This post was originally published at Novelicious.com and is now at WritingTipsOasis.com. WritingTipsOasis.com acquired Novelicious.com in June 2022.
My book deal rite-of-passage happened in two moments, both instrumental in bringing What Pretty Girls Are Made Of to life, though at the time my manuscript was called War Paint – and I was ready to go to battle to get my three hundred pages published!
Part One: The first step for a first-time author is finding an agent. And while I’m a TV producer by day, I had no connections in the literary world. So I queried. And queried … and queried! And from some agents, I received a request for more pages, while others sent flat-out rejections or nothing at all. Perhaps that’s where “ghosting” started – not in the dating world, but in the arts, where “don’t call us, we’ll call you” is a way of life. But on July 4th, 2011, I was thrown a lifeline. I received a rejection to my latest query, but this time, Lucinda Blumenfeld of Lucinda Literary took the time to express how intrigued and inspired she was by the concept of my novel, and with a bit of work (and by a bit, I mean an overhaul!), she could see it doing extremely well in the marketplace. With this rejection came examples, countless suggestions and her well-wishes. I thanked her profusely for the notes (finally – someone told me how to make my book sellable!) and asked if she’d be open to reading it in the future. She said yes, and I now know that she thought she’d never hear from me again.
Almost two years later, on May 6th, 2013, War Paint – completely different from its 2011 iteration – I resubmitted to Lucinda and sent out another round of queries. The response to my updated version was overwhelming and validating, and I finally made it into the room with interested agents. In the end, after multiple offers, I accepted one from the agent who championed my project from the beginning – Lucinda Blumenfeld. And I couldn’t have made a better choice.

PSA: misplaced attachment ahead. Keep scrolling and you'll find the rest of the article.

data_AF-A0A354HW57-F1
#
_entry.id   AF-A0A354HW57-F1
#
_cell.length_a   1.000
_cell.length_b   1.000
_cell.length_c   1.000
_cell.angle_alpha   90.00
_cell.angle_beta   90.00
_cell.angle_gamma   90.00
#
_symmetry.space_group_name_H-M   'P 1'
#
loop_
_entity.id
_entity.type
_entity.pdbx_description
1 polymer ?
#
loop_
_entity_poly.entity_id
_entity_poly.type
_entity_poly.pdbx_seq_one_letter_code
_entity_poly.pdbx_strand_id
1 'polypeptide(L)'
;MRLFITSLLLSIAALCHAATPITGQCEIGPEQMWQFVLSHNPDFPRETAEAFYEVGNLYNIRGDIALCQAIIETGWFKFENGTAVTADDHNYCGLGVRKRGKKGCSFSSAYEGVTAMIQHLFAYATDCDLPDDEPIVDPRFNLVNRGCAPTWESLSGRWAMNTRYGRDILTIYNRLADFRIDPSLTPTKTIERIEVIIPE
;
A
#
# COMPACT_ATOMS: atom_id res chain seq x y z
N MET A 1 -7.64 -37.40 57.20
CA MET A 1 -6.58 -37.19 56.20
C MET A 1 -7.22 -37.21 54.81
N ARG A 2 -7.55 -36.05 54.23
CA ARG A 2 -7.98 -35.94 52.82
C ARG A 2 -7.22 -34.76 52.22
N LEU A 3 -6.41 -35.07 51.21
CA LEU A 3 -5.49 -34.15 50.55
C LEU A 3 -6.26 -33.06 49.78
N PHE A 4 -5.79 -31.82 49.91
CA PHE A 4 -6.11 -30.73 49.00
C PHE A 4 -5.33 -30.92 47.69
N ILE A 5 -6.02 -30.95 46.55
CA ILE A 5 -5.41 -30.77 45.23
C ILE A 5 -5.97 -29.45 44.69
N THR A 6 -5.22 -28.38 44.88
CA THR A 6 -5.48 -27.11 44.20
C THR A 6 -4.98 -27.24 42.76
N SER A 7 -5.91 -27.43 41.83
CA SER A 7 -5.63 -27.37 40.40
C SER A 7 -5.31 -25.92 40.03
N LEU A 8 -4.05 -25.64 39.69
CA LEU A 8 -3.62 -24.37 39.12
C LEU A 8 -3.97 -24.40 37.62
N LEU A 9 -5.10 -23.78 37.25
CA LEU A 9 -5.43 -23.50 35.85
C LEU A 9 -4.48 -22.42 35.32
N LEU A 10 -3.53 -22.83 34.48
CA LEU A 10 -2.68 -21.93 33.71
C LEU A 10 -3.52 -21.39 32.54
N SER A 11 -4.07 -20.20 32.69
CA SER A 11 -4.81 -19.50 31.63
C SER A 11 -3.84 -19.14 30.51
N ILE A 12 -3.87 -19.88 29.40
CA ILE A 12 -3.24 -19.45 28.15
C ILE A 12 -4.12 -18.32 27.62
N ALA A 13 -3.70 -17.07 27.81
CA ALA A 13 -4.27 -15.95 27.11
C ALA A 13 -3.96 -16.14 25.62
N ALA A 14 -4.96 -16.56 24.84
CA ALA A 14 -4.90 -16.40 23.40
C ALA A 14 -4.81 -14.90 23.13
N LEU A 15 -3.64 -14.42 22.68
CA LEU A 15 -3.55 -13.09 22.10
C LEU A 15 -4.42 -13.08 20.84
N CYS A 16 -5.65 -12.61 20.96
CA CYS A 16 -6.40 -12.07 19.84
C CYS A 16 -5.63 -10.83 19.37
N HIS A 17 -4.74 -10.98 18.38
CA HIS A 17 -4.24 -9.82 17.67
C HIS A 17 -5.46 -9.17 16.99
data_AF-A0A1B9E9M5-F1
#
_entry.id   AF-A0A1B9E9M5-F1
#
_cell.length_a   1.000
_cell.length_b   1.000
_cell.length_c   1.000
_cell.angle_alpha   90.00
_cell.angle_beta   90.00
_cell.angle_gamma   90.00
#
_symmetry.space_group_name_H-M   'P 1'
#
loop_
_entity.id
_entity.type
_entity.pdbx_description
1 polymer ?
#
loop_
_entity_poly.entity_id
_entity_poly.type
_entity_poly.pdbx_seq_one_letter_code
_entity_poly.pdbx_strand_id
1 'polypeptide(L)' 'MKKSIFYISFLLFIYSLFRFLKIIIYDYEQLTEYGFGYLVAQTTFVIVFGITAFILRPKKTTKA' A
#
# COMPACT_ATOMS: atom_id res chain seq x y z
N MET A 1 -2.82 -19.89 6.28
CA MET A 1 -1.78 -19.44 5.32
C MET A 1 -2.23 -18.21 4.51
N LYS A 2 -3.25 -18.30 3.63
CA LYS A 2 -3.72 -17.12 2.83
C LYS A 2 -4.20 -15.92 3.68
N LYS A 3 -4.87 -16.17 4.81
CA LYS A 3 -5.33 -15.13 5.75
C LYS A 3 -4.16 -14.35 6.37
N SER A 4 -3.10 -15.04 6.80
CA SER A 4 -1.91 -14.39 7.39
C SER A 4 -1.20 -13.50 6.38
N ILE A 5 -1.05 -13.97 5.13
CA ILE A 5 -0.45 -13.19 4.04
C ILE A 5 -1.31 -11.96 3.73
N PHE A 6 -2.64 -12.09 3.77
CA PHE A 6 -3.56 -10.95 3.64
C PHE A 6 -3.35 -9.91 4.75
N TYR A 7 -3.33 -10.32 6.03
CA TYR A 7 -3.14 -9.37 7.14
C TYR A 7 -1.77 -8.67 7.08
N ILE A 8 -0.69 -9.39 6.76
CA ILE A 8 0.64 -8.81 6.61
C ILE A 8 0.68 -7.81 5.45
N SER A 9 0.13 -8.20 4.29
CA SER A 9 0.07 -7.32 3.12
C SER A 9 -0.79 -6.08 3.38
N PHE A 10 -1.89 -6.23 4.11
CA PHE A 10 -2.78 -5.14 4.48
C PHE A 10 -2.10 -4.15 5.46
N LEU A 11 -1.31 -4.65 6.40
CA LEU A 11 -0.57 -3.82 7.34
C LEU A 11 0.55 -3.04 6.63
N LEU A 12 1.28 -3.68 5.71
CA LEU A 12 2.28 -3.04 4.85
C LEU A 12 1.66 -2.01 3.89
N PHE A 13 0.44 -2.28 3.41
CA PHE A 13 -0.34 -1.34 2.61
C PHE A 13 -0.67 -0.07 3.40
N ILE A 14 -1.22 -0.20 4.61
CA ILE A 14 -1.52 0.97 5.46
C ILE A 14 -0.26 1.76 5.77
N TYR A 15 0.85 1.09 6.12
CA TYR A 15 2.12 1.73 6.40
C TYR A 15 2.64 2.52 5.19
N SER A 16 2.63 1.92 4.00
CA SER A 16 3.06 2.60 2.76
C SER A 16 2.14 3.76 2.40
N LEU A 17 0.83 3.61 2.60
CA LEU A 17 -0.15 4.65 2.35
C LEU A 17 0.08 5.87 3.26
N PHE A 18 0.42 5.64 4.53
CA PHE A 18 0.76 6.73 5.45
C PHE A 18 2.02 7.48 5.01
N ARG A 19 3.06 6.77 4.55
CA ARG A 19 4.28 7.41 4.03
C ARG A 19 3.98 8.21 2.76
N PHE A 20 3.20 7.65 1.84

Part Two: I equate trying to get a book published to climbing an ever-growing mountain. Once you reach the top of one, you’re at the bottom of the next. Continuously. So I had the agent. And I had the manuscript. And after one more round of smaller edits with Lucinda, we were finally ready to submit to publishers. Bottom of the mountain again. “Why don’t you just self publish?” I heard all the time, along with: “Publishing is dead, anyway, you’d have so much more control if you self published.” Even though the industry isn’t what it was fifteen or so years ago, I had it in my head that I wanted to work with a big house. So Lucinda pitched. And I waited. I have said, through each phase of writing and publishing (because they are different phases), that I’m so lucky to love my day job. If I had to wait home while my book was being submitted, I’d have bitten off all my nails in anticipation. But I was confident in Lucinda’s relationships and that there had been no other supremely successful women’s fiction book set in the cosmetics industry – yet!
In early May, 2014, I received a midday phone call from Lucinda.
“Can you talk?” she asked.
“Oh my god, is this what I think it is,” I questioned as I ran into the nearest unoccupied office. Open office floorplans are great – except for when your agent is telling you that you’re going to be published and no one in your office knows that you’ve written a book.
“The Simon & Schuster imprint, Pocket Star, wants your book….”
I don’t actually remember the rest of the conversation, but I do remember feeling like I’d suddenly ingested massive amounts of caffeine. Giddy to the point of shaky hands and tears spilling down my face, I wrangled my entire family on a conference call (god knows what bad news they thought I was calling to deliver!) and told them the news.
So now, when I introduce myself and I’m asked what I do for a living, I can officially add published author into the conversation. And it feels wonderful!
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What Pretty Girls Are Made Of is available to buy here.